US 7041100 B2
A method for non-invasive selective thermal destruction of a skin target by RF current. One or more characteristics of an RF current and a bipolar RF electrode system are determined based upon one or more features of the target in order to create in the target an average energy density exceeding 5 Joules/cm3 but lower than a skin coagulation level. The determined electrode system is then applied to the skin and an average energy density exceeding 5 Joules/cm3 but lower than a skin coagulation level is generated in the target.
1. A method for non-invasive selective thermal destruction of a skin target by RF current comprising
(a) determining one or more characteristics of an RF current and a bipolar RF electrodes system based upon one or more features of the target in order to create in the target an average energy density exceeding 5 Joules/cm3 but lower than a skin coagulation level; and
(b) applying to the skin the determined electrode system and generating in the target an average energy density exceeding 5 Joules/cm3 but lower than a skin coagulation level.
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The present invention is related to methods for treating skin.
The term “skin target”, is used to refer to an unwanted skin defect such as vascular and pigmented lesions, unwanted hairs, and acne. Selective thermolysis of a skin target refers to heating a skin target to a temperature sufficiently high to destroy the target (about 60–70° C.) without heating the surrounding healthy skin to a damaging level. In this method, the skin is irradiated with laser or incoherent light having a wavelength allowing it to penetrate into the tissue to the depth of the target. This method, however, works only when the target has a higher optical absorption coefficient that the surrounding tissue (i.e. the target is darker than the surrounding skin), otherwise it is not possible to sufficiently heat the target without heating the surrounding tissue to a damaging temperature. For example, a dark hair can be successfully destroyed in light skin. However, treatment of gray hairs is not effective due to a lack of melanin in the hair shaft to absorb the optical energy. Similarly, use of optical energy to destroy a skin target can only be applied with limited efficiency with dark skin. In order to reach the target such as a hair root or blood vessel, the light has to pass through the epidermis. A dark epidermis absorbs more light energy than a light epidermis. Thus, a higher light intensity must be used with dark skin, which increases the risk of burning the skin.
U.S. Pat. No. 5,755,753 describes a method for selective removal of hair using laser radiation, where the parameters of irradiation are optimized for selective light absorption by the melanin of the hair shaft.
An alternative method of tissue heating used in medicine is radio frequency (RF) energy. The electrical current generates an amount of heat in the tissue that depends on the current density and tissue conductivity. DC or AC electrical current causes muscle spasms and is dangerous for treatment, but high frequency RF current (>300 kHz) causes a pure thermal effect and can be used for skin treatment. The range of the frequencies higher than 20 MHz is difficult to implement. However, RF current is used only for non-selective treatment, i.e. it does not preferentially heat a skin target without overheating the surrounding skin. Therefore, the main applications of RF current are electro-surgery and blood coagulation. In both of these applications, the tissue is heated in an area adjacent to the applied electrodes to a coagulation or ablative level. For example, U.S. Pat. No. 5,122,137 describes a coagulator with controlled temperature. The U.S. Pat. No. 5,755,753 describes a device for non-selective heating of the dermis and epidermis with a unipolar RF system in combination with cooling of the epidermis. Using this method, it is possible to obtain a temperature of the dermis that is higher than the temperature of the epidermis. This method however does not provide selective heating of the target by the RF current and is therefore limited to only one application.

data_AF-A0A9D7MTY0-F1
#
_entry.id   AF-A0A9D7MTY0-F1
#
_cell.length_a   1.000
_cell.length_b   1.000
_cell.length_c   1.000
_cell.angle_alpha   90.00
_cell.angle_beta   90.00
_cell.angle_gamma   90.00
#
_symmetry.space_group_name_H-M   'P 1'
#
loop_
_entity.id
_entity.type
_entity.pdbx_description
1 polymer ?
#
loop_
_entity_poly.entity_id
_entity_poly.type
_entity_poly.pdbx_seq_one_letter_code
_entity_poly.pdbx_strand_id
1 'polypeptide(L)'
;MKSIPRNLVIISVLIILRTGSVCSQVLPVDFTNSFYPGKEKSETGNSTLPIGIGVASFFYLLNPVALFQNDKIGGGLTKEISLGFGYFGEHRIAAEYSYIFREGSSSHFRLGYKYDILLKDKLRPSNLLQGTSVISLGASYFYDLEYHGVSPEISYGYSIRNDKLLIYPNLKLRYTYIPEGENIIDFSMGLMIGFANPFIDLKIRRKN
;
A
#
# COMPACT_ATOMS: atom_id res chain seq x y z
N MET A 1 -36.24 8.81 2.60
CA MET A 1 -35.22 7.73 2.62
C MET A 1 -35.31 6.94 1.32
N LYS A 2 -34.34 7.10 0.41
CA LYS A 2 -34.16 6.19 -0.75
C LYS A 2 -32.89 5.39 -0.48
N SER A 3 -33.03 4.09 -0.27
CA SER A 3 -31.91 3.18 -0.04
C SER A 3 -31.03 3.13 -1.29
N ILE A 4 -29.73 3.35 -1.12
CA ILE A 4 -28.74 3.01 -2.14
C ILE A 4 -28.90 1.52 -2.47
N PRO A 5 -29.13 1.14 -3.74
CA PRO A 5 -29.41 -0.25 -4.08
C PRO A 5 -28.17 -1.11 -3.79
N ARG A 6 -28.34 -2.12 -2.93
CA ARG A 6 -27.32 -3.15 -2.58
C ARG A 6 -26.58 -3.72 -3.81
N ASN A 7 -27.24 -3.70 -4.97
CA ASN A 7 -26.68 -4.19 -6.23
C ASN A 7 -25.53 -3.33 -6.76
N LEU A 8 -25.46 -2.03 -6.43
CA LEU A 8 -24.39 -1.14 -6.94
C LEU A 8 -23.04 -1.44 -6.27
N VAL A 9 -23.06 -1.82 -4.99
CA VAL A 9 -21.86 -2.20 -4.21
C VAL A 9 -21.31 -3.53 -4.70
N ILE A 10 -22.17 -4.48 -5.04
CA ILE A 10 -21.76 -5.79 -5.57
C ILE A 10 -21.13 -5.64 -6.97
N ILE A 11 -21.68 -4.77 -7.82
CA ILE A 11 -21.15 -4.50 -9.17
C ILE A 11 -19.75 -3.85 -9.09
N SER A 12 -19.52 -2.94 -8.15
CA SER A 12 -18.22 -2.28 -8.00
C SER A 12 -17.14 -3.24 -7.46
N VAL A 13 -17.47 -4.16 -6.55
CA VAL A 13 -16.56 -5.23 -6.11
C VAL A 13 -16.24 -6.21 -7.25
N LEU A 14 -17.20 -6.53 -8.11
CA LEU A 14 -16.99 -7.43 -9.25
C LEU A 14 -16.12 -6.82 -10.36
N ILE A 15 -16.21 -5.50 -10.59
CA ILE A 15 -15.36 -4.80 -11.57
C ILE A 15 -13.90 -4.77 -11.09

The present invention is based upon the novel and unexpected finding that a difference in the electrical properties of different skin parts can be utilized for selective treatment of a skin target by RF current. Thus, parameters of an RF current through skin tissue can be optimized for selective destructive heating of skin targets by the RF current without causing damage to the surrounding tissue. Thus, in its first aspect, the present invention provides a method for the selective thermolysis of skin targets by RF currents. In its second aspect, the invention provides a system for carrying out the method of the invention.
In accordance with the method of the invention, the value of one or more parameters of the RF energy to be applied to the skin is determined based upon one or more features of the target to be treated. The RF parameters that may be selected include, for example, the electric current, the geometry of the electrodes, the energy level and pulse duration.